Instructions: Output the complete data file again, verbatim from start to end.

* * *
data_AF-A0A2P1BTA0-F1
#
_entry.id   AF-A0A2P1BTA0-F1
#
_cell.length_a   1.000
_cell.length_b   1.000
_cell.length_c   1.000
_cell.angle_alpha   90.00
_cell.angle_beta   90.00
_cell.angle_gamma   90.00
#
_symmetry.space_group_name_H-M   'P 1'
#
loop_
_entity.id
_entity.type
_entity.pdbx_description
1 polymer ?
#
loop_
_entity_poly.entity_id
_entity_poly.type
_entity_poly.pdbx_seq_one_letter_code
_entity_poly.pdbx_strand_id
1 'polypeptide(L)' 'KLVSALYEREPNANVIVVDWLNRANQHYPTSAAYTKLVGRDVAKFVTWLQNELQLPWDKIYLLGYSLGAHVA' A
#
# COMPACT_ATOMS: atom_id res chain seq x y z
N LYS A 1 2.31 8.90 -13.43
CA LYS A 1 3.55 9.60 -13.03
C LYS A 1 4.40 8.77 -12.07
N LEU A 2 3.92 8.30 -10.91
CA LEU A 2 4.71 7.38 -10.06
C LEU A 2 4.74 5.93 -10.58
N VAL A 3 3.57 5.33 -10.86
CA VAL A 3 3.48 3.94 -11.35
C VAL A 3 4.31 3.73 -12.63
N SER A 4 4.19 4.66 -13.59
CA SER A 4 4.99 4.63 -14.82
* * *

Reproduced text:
data_AF-A0A2P1BTA0-F1
#
_entry.id   AF-A0A2P1BTA0-F1
#
_cell.length_a   1.000
_cell.length_b   1.000
_cell.length_c   1.000
_cell.angle_alpha   90.00
_cell.angle_beta   90.00
_cell.angle_gamma   90.00
#
_symmetry.space_group_name_H-M   'P 1'
#
loop_
_entity.id
_entity.type
_entity.pdbx_description
1 polymer ?
#
loop_
_entity_poly.entity_id
_entity_poly.type
_entity_poly.pdbx_seq_one_letter_code
_entity_poly.pdbx_strand_id
1 'polypeptide(L)' 'KLVSALYEREPNANVIVVDWLNRANQHYPTSAAYTKLVGRDVAKFVTWLQNELQLPWDKIYLLGYSLGAHVA' A
#
# COMPACT_ATOMS: atom_id res chain seq x y z
N LYS A 1 2.31 8.90 -13.43
CA LYS A 1 3.55 9.60 -13.03
C LYS A 1 4.40 8.77 -12.07
N LEU A 2 3.92 8.30 -10.91
CA LEU A 2 4.71 7.38 -10.06
C LEU A 2 4.74 5.93 -10.58
N VAL A 3 3.57 5.33 -10.86
CA VAL A 3 3.48 3.94 -11.35
C VAL A 3 4.31 3.73 -12.63
N SER A 4 4.19 4.66 -13.59
CA SER A 4 4.99 4.63 -14.82